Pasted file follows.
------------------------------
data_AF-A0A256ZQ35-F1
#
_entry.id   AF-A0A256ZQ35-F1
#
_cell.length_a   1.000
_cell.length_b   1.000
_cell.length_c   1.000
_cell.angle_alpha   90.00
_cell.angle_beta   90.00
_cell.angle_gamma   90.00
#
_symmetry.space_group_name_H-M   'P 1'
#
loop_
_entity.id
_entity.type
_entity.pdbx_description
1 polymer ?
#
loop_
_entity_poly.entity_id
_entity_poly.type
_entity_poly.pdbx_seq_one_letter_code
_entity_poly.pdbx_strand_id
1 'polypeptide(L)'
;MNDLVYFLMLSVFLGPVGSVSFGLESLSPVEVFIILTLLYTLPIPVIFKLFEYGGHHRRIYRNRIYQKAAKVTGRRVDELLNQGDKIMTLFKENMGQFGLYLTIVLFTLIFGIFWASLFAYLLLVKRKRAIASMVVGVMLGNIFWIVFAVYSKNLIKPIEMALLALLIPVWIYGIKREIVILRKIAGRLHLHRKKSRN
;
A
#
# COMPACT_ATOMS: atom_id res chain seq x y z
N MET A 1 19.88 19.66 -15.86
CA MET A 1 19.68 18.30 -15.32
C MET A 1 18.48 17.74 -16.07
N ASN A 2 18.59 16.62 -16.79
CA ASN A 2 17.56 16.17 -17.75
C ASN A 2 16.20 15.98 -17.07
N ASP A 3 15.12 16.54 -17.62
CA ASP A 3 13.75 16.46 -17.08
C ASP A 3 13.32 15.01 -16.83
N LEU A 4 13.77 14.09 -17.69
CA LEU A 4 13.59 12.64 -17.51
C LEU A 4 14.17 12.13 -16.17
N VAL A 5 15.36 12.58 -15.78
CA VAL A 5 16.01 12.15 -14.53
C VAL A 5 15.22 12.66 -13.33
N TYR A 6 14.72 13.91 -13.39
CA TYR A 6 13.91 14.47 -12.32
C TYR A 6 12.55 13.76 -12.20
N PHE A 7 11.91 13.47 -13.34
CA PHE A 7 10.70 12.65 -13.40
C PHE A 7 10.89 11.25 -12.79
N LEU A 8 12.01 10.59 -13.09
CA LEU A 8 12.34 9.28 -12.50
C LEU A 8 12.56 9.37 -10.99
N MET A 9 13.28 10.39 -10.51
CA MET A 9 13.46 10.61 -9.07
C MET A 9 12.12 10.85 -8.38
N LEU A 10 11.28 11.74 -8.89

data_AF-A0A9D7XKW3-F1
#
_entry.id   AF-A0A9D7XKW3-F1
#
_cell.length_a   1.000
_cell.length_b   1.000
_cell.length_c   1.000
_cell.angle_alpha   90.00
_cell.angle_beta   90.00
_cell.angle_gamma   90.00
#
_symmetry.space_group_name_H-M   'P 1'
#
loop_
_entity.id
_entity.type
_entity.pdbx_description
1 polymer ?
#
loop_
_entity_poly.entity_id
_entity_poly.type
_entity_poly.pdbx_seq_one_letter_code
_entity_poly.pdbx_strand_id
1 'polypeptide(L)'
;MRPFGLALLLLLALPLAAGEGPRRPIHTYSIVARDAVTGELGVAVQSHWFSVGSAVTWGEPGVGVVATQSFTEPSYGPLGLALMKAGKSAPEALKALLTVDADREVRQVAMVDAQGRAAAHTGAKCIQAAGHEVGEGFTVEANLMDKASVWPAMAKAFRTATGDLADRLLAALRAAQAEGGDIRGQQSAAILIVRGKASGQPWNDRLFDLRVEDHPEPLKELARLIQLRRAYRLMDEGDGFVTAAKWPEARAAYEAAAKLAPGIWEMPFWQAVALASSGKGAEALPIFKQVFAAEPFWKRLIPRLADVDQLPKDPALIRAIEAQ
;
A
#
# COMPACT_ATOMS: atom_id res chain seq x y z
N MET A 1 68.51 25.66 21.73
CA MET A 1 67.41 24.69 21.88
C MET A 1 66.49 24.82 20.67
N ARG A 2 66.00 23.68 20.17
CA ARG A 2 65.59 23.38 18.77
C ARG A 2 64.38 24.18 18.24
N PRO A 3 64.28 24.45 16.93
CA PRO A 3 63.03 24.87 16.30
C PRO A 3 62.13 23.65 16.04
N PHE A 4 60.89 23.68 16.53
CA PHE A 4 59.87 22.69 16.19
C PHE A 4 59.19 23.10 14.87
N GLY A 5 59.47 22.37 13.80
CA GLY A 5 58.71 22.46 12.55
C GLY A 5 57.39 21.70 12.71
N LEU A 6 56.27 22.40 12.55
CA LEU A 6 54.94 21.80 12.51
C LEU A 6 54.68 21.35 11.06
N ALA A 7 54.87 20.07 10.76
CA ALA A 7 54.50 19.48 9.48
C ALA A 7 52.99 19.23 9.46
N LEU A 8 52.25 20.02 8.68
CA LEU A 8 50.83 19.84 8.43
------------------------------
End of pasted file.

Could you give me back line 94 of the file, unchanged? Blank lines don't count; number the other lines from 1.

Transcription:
C ARG A 2 64.38 24.18 18.24